Margaret Peterson Haddix, . . S&S, $15.95 (160pp) ISBN 978-0-689-83905-4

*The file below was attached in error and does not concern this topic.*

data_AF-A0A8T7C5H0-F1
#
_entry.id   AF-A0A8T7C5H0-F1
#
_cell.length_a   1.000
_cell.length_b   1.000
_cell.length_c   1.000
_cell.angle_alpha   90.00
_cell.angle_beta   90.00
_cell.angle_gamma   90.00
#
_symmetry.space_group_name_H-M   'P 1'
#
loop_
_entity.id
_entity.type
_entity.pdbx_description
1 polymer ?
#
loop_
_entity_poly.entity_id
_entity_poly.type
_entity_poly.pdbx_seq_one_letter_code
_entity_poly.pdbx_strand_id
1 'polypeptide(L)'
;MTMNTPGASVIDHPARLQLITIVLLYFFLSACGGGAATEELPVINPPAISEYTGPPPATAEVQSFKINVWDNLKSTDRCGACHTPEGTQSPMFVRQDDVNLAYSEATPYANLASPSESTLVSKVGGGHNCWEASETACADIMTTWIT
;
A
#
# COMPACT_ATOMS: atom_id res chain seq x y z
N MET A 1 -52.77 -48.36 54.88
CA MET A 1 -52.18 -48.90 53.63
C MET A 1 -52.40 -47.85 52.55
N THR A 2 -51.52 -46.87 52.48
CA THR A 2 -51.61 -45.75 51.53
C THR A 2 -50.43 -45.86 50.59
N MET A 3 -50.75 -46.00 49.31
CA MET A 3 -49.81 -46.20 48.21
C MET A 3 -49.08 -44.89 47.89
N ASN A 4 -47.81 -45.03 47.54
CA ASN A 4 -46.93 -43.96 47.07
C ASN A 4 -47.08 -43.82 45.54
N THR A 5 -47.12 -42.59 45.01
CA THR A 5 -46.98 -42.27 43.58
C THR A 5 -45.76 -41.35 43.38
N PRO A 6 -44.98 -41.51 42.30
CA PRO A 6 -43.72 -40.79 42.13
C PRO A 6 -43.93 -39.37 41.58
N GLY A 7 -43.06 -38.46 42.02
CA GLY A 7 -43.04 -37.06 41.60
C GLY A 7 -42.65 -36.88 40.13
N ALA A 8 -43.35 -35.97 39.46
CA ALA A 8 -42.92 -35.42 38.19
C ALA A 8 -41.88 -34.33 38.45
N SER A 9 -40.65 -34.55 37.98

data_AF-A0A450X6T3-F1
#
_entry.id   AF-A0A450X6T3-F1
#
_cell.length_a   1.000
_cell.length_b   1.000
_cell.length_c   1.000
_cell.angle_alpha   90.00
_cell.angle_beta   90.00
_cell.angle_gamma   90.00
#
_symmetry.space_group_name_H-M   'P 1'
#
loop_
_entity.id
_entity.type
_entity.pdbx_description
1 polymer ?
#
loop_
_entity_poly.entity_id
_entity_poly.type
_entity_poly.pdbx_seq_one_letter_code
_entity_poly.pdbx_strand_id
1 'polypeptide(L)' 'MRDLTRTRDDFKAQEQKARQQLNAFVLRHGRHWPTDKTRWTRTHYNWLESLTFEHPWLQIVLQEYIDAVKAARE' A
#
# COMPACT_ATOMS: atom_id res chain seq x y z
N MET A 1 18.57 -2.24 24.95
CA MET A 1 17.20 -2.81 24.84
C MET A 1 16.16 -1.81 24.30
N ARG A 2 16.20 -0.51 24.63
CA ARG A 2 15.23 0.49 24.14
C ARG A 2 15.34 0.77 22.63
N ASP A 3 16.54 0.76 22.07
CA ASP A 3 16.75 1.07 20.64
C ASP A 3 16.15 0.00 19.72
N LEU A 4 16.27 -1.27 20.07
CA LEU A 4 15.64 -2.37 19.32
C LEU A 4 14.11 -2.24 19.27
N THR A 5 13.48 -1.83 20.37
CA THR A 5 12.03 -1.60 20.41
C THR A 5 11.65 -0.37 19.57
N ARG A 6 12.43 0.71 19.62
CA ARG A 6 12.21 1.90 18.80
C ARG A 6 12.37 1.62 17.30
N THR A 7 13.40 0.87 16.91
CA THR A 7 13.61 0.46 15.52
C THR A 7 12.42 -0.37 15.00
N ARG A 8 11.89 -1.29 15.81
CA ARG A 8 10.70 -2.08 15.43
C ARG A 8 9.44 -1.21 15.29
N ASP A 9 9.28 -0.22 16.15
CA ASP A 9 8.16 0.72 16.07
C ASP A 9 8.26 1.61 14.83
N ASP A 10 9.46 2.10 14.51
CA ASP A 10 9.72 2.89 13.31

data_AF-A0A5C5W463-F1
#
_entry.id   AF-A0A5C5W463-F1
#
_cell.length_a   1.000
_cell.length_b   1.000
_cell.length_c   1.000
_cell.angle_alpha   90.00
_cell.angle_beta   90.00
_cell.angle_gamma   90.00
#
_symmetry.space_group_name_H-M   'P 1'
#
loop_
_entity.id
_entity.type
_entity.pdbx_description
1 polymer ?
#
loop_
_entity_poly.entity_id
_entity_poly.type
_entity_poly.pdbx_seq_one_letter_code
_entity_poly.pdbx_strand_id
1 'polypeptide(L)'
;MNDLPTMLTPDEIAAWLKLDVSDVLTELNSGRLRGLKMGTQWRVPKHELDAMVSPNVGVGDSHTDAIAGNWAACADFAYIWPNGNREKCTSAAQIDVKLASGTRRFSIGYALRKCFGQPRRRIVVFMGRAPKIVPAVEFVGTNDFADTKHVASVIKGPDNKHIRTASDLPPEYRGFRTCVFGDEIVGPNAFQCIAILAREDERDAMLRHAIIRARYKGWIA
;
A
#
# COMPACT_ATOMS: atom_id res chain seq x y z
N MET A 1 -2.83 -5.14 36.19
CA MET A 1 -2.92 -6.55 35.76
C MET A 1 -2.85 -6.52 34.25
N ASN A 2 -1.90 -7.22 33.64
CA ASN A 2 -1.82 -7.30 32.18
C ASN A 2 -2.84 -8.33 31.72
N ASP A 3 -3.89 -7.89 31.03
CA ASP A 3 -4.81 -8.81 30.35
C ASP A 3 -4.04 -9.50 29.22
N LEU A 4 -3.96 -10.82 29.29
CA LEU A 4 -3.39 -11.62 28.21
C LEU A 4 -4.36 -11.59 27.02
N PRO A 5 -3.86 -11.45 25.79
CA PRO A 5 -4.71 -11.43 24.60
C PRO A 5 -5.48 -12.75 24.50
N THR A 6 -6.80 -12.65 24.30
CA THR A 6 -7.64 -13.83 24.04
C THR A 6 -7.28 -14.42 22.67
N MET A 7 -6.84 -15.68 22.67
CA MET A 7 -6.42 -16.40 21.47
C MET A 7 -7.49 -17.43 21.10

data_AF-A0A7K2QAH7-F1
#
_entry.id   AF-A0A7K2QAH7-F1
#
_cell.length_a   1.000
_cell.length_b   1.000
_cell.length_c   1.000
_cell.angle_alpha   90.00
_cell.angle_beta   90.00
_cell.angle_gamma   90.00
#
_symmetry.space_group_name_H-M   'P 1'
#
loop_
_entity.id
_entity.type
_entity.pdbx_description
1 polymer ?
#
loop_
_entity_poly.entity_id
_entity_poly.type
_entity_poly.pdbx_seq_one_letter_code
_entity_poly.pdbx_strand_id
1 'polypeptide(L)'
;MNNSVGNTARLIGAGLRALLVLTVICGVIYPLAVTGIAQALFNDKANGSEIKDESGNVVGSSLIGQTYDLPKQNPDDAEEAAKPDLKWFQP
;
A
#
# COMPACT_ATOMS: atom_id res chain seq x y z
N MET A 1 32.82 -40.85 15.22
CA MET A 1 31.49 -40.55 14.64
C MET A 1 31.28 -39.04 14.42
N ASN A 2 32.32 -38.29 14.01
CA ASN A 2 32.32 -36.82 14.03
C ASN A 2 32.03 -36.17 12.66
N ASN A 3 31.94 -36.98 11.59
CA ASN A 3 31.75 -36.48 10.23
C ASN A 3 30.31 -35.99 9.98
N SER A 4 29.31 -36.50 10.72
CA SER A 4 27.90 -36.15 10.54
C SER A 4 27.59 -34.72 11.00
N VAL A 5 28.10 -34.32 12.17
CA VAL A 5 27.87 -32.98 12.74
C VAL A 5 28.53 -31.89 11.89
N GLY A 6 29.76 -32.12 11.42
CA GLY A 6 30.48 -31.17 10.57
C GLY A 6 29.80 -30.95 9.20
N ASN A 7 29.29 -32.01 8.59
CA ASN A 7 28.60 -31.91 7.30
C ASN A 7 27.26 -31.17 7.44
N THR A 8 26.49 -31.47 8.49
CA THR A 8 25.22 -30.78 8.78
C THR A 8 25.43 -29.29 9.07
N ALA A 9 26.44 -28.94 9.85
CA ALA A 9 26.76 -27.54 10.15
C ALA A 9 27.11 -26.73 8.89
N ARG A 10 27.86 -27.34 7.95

In the third installment of Haddix's series about a futuristic society in which families are forbidden to have more than two children, Nina, a secondary character in Among the Impostors, is falsely accused of treason and imprisoned by the Population Police. Her interrogator gives her an ultimatum: either she can get three other child prisoners, illegal third-borns like Nina, to reveal who harbored them and where they got their fake identification cards, or she will be executed. Nina sees a chance to escape the prison (which seems rather convenient at the time) and, taking the prisoners with her, quickly discovers their street smarts. But when their food supply runs out, Nina seeks the boy she knew as Lee (the series' original protagonist). Haddix expertly describes the impact of Nina's upbringing in hiding (she doesn't know how to swim; the sound of students laughing loudly reminds her of the first time she overheard children playing outside—and could not join them). As with the last book, there are dense revelations at the end (including an explanation of Nina's ease in escaping prison), and some of them may test readers' willingness to suspend disbelief. Even so, the author delivers more than enough suspense to keep fans hooked—and to intrigue new recruits as well. Ages 9-14. (June)